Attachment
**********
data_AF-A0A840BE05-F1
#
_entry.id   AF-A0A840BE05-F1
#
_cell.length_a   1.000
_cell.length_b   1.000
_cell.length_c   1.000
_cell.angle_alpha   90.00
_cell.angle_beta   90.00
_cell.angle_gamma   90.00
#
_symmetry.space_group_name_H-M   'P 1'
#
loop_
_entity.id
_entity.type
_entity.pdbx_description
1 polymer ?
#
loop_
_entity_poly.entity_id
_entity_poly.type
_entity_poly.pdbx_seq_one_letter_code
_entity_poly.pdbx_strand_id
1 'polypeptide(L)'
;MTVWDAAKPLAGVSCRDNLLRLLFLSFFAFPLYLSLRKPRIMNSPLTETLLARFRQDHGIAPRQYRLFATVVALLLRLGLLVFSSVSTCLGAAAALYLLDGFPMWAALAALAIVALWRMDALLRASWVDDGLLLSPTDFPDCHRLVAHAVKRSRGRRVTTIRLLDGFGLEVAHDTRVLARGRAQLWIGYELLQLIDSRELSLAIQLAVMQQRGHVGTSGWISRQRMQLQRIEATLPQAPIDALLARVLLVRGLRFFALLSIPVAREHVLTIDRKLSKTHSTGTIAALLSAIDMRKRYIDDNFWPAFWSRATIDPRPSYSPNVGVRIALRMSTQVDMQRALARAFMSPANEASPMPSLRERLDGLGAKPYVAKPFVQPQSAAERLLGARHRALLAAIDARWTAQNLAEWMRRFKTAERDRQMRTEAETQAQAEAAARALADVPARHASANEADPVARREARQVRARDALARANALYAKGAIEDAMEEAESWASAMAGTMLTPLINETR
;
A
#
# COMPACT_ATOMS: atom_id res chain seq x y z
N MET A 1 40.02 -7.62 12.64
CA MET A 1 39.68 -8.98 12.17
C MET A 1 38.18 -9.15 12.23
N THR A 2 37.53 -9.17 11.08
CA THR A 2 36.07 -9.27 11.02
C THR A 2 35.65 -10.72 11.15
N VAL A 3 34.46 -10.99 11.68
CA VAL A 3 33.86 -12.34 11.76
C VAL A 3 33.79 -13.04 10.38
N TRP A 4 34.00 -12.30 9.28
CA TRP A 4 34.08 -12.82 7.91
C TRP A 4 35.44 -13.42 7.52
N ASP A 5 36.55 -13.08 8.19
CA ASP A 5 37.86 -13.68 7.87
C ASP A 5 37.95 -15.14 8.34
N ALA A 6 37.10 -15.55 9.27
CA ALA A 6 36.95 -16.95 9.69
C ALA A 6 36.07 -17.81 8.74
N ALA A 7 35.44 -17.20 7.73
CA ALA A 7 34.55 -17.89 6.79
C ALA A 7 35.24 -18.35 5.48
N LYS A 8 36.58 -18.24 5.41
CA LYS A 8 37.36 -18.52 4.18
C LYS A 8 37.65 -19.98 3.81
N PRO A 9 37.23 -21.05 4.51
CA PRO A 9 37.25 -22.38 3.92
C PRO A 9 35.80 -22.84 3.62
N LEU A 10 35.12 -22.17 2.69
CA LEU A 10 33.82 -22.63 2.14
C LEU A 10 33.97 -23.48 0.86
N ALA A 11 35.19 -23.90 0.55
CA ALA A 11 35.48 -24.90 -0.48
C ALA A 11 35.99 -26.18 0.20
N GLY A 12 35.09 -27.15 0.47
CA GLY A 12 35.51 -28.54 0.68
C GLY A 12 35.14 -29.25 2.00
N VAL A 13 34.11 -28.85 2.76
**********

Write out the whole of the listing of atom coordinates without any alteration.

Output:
data_AF-A0A840BE05-F1
#
_entry.id   AF-A0A840BE05-F1
#
_cell.length_a   1.000
_cell.length_b   1.000
_cell.length_c   1.000
_cell.angle_alpha   90.00
_cell.angle_beta   90.00
_cell.angle_gamma   90.00
#
_symmetry.space_group_name_H-M   'P 1'
#
loop_
_entity.id
_entity.type
_entity.pdbx_description
1 polymer ?
#
loop_
_entity_poly.entity_id
_entity_poly.type
_entity_poly.pdbx_seq_one_letter_code
_entity_poly.pdbx_strand_id
1 'polypeptide(L)'
;MTVWDAAKPLAGVSCRDNLLRLLFLSFFAFPLYLSLRKPRIMNSPLTETLLARFRQDHGIAPRQYRLFATVVALLLRLGLLVFSSVSTCLGAAAALYLLDGFPMWAALAALAIVALWRMDALLRASWVDDGLLLSPTDFPDCHRLVAHAVKRSRGRRVTTIRLLDGFGLEVAHDTRVLARGRAQLWIGYELLQLIDSRELSLAIQLAVMQQRGHVGTSGWISRQRMQLQRIEATLPQAPIDALLARVLLVRGLRFFALLSIPVAREHVLTIDRKLSKTHSTGTIAALLSAIDMRKRYIDDNFWPAFWSRATIDPRPSYSPNVGVRIALRMSTQVDMQRALARAFMSPANEASPMPSLRERLDGLGAKPYVAKPFVQPQSAAERLLGARHRALLAAIDARWTAQNLAEWMRRFKTAERDRQMRTEAETQAQAEAAARALADVPARHASANEADPVARREARQVRARDALARANALYAKGAIEDAMEEAESWASAMAGTMLTPLINETR
;
A
#
# COMPACT_ATOMS: atom_id res chain seq x y z
N MET A 1 40.02 -7.62 12.64
CA MET A 1 39.68 -8.98 12.17
C MET A 1 38.18 -9.15 12.23
N THR A 2 37.53 -9.17 11.08
CA THR A 2 36.07 -9.27 11.02
C THR A 2 35.65 -10.72 11.15
N VAL A 3 34.46 -10.99 11.68
CA VAL A 3 33.86 -12.34 11.76
C VAL A 3 33.79 -13.04 10.38
N TRP A 4 34.00 -12.30 9.28
CA TRP A 4 34.08 -12.82 7.91
C TRP A 4 35.44 -13.42 7.52
N ASP A 5 36.55 -13.08 8.19
CA ASP A 5 37.86 -13.68 7.87
C ASP A 5 37.95 -15.14 8.34
N ALA A 6 37.10 -15.55 9.27
CA ALA A 6 36.95 -16.95 9.69
C ALA A 6 36.07 -17.81 8.74
N ALA A 7 35.44 -17.20 7.73
CA ALA A 7 34.55 -17.89 6.79
C ALA A 7 35.24 -18.35 5.48
N LYS A 8 36.58 -18.24 5.41
CA LYS A 8 37.36 -18.52 4.18
C LYS A 8 37.65 -19.98 3.81
N PRO A 9 37.23 -21.05 4.51
CA PRO A 9 37.25 -22.38 3.92
C PRO A 9 35.80 -22.84 3.62
N LEU A 10 35.12 -22.17 2.69
CA LEU A 10 33.82 -22.63 2.14
C LEU A 10 33.97 -23.48 0.86
N ALA A 11 35.19 -23.90 0.55
CA ALA A 11 35.48 -24.90 -0.48
C ALA A 11 35.99 -26.18 0.20
N GLY A 12 35.09 -27.15 0.47
CA GLY A 12 35.51 -28.54 0.68
C GLY A 12 35.14 -29.25 2.00
N VAL A 13 34.11 -28.85 2.76